The poster that could put Bart’s Blog out of a job

Can you fit the most precious knowledge on how to perform successful purifications on an A0 poster? Well, we managed to do it for you. Find a handful of the material that you need to achieve fantastic chromatography results in this blog post. And see how you can get your free poster for a full-blown chromatography overview that will get you eager to start your next flash or prep HPLC run immediately.

I found a four-leaf clover in my garden the other day. I wanted to save it, so I placed it in between the pages of an old biochemistry textbook to dry it and preserve it. When I opened the book, some of my old study notes fell out, including a page filled with scribbles on the glycolysis pathway, kreb’s cycle and electron transport chain. Ah, those lovely cheat sheets that professors allowed us to make with the hope that if we would at least write out the processes, we might even remember them. The trick worked for the final exams and I even possess some vague knowledge on these topics years on.

So of course I thought about how useful it would be to have a little cheat sheet for chromatography. And luckily (no thanks to the four-leaf clover though), our team at BUCHI just made one for all you chromatography enthusiasts to stick on your lab wall. Or your wall at home, depending on your level of enthusiasm.

What can you find in there? Well, let me give you a little preview.

chromatography poster, flash chromatography, prep HPLC, preparative HPLC, chromatography principles, chromatography basics

What is a good general approach for developing a flash or prep HPLC method?

First, you need to define the type of purification method based on the target. If you plan to load a lot of sample, then flash chromatography is the way to go. If you aim for high resolution, then prep HPLC is the more suitable approach. Then you need to check the polarity of the sample and select the appropriate solvent system. The poster gives hints and the blog has also dedicated posts on how to find the best mobile phases and stationary phases.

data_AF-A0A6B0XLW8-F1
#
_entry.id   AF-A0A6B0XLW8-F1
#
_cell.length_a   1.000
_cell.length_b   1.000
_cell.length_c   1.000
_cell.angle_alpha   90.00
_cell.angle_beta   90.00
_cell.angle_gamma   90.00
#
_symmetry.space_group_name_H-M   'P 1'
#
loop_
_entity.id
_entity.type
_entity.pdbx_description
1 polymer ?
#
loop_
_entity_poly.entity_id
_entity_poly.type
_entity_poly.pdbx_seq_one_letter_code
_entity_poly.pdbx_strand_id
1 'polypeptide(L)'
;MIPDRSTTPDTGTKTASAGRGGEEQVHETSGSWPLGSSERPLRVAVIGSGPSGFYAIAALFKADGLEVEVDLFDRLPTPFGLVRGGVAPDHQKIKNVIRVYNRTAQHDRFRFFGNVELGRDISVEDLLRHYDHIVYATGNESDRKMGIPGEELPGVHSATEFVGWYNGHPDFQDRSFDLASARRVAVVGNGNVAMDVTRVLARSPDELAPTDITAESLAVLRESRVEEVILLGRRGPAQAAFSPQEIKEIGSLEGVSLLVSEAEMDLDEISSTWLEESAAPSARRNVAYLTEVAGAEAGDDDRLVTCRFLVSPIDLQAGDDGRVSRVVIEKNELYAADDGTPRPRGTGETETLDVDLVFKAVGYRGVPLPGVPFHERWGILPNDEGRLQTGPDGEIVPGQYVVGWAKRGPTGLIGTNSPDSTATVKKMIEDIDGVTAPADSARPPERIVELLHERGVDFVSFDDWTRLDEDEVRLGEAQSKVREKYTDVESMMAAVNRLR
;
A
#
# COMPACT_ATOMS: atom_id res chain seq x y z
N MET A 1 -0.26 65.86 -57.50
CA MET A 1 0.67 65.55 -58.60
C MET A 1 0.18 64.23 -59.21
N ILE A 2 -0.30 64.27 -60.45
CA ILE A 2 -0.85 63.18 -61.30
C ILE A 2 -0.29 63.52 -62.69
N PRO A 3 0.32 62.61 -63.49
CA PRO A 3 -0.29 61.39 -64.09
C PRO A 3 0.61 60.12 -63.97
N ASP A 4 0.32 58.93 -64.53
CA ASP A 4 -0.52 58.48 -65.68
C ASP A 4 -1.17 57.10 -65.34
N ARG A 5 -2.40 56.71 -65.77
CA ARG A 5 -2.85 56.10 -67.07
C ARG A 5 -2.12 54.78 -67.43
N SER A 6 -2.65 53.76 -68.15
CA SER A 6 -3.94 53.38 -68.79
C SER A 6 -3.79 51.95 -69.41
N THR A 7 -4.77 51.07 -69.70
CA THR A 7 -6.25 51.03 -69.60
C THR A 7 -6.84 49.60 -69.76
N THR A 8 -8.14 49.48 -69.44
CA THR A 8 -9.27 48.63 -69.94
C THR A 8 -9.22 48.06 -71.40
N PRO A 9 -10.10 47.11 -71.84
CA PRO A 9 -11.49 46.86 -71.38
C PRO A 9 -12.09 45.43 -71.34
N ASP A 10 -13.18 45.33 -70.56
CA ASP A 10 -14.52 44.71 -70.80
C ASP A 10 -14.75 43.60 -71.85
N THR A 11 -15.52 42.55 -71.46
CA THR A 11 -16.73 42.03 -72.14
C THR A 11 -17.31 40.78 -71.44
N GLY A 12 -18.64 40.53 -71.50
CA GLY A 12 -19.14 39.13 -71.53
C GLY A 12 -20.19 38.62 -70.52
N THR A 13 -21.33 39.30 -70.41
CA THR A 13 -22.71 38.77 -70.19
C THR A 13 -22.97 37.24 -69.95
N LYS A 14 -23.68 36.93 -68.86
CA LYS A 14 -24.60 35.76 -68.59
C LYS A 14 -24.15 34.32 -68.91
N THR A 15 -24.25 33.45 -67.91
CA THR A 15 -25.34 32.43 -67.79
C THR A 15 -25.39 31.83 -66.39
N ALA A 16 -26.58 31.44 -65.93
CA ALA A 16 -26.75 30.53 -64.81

Perform an analytical method prior to the purification. Thin layer chromatography (TLC) is more suitable for use prior to flash chromatography, whereas analytical HPLC can help develop a prep HPLC method. Use TLC or analytical HPLC to screen for optimal stationary and mobile phase selectivity. Then upscale to either prep HPLC or flash chromatography. Lastly, remember to optimize efficiency and resolution. Conveniently, the poster is full of tips on how to achieve excellent resolution.

If you want to learn more details about how to use TLC to develop a flash chromatography method, then read more in one of my already published blog posts.

What are some common solvents used in flash and prep HPLC?

Common solvents used with a normal phase stationary phase such as silica, include hexane ethyl acetate, dichloromethane and methanol.

Solvents that are frequently used in reversed phase chromatography, commonly with bonded silica C18, include acetonitrile, water, ethanol and methanol.

How do I take proper care of my cartridges to extend their lifetime and save on costs?

I already have a detailed blog post on this particular topic, but the poster offers a nice summary answer.

First, select the appropriate cartridge for your purpose using helpful apps like FlashPure Scout. Once you find Mr. Right Cartridge and want to love and keep him forever, this is how you can keep him in a good shape.

Importantly, make sure you stay below the maximal pressure limit. If you reuse your cartridge, then store it in 100% isoproponal or hexane if normal phase or in 80%/20% organic solvent/water if reverse phase. Do not use 100% water with C18 material to avoid phase collapse. And make sure your cartridge never dries out or it will die out.

This is all interesting, but by far not enough? Then download the whole chromatography poster and access all information that is necessary for you to perform a successful separation.

The poster is pretty awesome, there is no doubt. But if you’ve been following the blog on a regular basis, you’d know my posts, with the benefit of space, can afford to offer much more detail. So if the poster is your cheat sheet, let the blog be your textbook chapters. Stay curious, stay informed and grow your chromatography knowledge by continuing to drop by the blog.

Till next time,

The Signature of Bart Denoulet at Bart's Blog